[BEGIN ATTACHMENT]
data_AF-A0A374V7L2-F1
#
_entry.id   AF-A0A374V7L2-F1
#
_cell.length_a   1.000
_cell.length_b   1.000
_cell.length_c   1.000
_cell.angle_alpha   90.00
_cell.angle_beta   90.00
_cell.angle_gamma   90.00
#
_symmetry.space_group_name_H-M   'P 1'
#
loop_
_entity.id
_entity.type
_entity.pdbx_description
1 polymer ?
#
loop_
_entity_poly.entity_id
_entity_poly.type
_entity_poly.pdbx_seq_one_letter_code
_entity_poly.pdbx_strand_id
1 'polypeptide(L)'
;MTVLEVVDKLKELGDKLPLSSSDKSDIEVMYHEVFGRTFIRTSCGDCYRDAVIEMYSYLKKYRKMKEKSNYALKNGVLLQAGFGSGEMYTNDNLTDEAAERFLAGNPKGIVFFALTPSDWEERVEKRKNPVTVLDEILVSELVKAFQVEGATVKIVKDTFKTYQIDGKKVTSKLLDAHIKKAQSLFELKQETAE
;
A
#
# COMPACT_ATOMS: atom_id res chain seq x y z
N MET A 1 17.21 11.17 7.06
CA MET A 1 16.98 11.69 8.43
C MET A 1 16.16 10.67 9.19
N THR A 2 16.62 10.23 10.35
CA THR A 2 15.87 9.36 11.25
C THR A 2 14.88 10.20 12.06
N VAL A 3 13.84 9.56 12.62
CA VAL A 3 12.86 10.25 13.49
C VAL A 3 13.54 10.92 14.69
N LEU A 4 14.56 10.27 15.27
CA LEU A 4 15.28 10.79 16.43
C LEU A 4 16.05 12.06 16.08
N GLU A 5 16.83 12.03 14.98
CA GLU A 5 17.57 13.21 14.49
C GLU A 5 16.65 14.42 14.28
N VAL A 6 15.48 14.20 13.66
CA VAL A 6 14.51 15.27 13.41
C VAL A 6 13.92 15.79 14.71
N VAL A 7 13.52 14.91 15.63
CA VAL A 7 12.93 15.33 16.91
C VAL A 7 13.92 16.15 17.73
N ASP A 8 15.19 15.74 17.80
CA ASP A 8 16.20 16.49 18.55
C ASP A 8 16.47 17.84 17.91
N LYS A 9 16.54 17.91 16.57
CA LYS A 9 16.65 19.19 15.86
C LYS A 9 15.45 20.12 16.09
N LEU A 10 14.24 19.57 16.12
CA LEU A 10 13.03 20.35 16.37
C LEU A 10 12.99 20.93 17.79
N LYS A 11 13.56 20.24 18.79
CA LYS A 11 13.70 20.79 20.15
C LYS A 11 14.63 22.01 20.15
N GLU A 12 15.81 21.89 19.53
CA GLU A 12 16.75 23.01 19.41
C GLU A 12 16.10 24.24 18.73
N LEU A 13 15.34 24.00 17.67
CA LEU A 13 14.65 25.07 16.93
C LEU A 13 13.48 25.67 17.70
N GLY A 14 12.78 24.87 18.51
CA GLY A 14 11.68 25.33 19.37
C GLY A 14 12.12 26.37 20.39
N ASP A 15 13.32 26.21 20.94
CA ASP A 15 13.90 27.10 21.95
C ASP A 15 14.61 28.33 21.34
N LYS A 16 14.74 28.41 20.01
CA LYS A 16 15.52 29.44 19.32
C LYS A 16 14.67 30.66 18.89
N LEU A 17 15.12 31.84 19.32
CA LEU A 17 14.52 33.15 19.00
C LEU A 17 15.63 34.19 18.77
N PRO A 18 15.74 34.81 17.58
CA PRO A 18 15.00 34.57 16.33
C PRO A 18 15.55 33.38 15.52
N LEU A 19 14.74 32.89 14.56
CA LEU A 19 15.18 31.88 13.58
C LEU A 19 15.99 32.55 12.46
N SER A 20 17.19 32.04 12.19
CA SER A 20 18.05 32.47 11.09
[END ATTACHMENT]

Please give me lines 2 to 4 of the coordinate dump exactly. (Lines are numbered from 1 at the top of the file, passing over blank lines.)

#
_entry.id   AF-A0A374V7L2-F1
#